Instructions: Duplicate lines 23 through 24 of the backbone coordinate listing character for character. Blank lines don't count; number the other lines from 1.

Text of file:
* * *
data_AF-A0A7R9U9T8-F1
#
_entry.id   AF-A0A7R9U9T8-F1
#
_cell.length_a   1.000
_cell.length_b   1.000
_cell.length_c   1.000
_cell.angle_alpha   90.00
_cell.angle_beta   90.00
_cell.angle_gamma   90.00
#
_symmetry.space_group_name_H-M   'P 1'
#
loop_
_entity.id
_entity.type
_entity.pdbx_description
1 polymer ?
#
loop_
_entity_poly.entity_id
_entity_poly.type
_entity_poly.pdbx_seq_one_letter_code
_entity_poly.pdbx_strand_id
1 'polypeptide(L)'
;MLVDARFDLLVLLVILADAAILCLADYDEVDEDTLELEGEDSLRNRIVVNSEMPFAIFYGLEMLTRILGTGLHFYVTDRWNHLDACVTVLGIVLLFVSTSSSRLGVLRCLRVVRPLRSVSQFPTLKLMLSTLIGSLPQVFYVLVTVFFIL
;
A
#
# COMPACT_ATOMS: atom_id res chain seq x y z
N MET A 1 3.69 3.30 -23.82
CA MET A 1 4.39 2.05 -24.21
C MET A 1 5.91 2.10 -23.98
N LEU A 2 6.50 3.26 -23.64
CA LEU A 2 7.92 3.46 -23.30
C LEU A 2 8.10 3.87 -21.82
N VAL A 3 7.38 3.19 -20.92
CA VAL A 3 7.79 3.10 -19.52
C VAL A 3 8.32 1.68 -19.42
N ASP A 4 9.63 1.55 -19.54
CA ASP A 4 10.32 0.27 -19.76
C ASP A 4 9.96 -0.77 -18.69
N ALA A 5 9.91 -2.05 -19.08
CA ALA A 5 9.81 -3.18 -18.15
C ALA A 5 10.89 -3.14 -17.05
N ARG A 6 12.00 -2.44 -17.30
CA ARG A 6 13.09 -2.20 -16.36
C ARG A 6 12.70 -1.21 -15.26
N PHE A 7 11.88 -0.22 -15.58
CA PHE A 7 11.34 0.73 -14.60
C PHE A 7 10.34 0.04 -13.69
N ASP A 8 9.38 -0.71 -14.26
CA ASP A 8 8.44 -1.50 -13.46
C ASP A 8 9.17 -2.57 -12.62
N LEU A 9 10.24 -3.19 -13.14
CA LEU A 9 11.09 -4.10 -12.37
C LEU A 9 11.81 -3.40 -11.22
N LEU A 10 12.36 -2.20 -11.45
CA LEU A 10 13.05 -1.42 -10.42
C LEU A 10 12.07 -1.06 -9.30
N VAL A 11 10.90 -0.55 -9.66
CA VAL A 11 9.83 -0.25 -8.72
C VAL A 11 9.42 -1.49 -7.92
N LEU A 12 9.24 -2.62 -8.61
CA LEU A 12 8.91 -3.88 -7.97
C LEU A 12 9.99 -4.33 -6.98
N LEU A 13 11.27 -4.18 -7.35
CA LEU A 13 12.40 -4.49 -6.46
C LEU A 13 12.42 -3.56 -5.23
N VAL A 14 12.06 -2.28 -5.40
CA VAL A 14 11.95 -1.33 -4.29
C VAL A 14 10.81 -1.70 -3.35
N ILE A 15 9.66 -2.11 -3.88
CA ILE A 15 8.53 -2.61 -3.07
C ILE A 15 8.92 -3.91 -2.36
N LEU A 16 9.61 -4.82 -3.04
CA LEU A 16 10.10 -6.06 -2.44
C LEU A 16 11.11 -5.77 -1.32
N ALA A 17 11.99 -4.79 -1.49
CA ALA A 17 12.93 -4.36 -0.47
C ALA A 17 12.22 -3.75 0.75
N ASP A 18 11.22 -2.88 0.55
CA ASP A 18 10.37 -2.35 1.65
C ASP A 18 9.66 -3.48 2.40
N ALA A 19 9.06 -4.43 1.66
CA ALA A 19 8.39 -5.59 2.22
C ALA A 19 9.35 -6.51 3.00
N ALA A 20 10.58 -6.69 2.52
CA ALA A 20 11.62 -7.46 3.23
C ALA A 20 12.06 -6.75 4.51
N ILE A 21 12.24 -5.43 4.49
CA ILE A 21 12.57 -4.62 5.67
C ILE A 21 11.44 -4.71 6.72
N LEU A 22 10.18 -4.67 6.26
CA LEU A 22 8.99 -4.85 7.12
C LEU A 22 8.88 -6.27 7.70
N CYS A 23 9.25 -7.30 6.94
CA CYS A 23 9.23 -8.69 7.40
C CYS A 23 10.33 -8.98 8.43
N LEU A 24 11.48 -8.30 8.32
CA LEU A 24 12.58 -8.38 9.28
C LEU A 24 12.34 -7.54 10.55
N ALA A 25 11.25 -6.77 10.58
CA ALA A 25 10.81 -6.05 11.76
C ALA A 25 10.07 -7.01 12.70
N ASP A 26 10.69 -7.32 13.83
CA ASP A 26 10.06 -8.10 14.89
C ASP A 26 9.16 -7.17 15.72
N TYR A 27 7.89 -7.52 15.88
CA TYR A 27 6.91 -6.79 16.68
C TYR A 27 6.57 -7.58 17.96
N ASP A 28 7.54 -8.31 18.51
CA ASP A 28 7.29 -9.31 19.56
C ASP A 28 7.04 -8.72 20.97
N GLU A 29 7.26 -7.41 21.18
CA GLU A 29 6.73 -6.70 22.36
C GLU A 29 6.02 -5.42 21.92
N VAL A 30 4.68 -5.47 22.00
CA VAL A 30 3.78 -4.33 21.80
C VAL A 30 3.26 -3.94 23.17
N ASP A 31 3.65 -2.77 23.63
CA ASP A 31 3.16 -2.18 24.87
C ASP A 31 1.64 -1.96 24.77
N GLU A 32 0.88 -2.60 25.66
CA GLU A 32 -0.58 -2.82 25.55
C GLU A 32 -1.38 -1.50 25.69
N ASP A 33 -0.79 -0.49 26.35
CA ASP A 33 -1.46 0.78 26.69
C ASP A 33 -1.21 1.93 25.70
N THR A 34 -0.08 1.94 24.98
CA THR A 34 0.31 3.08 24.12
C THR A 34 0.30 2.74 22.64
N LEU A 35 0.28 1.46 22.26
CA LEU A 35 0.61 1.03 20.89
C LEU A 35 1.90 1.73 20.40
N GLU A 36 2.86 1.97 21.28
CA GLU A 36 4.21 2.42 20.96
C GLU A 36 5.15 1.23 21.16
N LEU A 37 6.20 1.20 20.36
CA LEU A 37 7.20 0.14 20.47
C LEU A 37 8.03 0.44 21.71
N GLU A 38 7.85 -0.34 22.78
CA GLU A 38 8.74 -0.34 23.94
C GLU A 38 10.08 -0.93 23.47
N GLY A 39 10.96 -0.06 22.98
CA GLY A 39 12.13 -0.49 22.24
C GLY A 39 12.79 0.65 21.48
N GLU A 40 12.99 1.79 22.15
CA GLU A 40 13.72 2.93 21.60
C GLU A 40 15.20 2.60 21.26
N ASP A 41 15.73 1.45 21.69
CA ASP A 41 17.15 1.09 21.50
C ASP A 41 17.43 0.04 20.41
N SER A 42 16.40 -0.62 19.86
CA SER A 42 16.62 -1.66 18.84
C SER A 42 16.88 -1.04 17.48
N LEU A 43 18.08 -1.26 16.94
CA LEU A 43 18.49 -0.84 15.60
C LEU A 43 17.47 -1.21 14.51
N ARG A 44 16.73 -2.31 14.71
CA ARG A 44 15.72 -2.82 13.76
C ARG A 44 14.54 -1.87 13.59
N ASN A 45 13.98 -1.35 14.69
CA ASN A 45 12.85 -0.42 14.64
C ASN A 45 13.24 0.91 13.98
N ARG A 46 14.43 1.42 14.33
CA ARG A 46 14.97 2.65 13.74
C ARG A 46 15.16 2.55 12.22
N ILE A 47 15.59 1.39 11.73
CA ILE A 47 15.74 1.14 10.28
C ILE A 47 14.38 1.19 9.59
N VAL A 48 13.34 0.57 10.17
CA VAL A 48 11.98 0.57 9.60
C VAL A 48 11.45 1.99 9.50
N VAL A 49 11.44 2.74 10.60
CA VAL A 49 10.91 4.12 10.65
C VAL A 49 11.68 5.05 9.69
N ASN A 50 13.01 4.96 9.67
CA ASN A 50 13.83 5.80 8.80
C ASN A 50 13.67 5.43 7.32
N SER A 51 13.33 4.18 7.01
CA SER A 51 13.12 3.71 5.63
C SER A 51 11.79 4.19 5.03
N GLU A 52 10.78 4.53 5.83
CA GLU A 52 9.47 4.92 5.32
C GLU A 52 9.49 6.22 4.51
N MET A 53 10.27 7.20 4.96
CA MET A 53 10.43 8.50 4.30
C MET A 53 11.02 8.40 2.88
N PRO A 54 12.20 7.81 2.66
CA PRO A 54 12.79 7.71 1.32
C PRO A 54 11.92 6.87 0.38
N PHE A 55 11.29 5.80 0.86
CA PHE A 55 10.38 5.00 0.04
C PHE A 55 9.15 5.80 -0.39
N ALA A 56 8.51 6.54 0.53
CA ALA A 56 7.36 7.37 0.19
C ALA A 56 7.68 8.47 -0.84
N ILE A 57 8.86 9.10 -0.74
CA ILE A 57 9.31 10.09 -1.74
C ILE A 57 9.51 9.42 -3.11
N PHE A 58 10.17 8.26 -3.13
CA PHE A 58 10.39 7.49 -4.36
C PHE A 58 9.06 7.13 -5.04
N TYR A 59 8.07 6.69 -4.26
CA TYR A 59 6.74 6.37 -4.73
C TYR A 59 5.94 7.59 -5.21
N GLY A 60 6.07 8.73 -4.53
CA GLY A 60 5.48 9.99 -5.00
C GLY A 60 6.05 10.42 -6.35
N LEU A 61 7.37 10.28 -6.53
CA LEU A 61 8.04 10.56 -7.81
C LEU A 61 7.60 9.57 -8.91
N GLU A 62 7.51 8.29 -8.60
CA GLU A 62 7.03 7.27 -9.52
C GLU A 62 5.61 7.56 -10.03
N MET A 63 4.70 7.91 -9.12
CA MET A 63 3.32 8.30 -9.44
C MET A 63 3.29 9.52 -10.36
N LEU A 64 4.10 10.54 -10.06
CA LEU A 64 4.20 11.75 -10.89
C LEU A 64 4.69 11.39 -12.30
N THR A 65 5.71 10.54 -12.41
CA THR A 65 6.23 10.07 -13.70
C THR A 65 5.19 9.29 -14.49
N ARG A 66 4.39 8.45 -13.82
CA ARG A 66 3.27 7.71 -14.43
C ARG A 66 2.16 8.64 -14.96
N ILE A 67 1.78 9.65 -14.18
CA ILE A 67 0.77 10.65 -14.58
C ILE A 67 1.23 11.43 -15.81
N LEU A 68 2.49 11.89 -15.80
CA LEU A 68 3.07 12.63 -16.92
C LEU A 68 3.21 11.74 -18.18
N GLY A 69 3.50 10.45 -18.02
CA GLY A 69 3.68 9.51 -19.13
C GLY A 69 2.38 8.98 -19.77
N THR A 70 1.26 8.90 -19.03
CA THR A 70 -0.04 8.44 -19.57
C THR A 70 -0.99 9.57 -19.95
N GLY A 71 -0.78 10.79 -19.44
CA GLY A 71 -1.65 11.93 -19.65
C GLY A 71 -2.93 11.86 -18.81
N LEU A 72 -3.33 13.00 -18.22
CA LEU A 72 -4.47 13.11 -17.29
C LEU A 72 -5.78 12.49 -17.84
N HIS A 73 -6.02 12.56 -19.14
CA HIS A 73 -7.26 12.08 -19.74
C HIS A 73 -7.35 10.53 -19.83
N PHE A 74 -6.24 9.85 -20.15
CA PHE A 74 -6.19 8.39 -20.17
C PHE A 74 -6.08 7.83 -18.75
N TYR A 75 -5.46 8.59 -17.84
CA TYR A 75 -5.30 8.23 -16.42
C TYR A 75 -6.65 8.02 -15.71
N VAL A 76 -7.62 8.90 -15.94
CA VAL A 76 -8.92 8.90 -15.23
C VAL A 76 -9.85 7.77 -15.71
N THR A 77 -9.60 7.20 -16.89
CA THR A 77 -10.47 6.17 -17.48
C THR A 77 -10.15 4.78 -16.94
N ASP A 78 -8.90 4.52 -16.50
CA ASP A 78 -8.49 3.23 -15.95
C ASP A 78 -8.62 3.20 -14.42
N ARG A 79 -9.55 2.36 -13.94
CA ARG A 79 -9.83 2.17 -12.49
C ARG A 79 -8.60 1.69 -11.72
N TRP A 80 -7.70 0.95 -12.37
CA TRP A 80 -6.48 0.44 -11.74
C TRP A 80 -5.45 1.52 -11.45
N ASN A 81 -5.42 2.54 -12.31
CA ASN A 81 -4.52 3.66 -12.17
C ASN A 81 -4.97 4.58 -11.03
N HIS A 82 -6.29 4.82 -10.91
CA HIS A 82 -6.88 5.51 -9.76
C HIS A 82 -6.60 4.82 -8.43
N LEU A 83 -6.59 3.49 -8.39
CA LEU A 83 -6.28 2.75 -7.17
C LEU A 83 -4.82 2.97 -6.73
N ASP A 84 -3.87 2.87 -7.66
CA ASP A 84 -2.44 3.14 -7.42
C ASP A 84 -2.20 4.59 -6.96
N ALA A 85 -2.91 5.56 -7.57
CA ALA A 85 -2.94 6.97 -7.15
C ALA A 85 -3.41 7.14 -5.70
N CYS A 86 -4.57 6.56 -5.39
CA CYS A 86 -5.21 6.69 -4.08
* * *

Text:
_entity_poly.pdbx_seq_one_letter_code
_entity_poly.pdbx_strand_id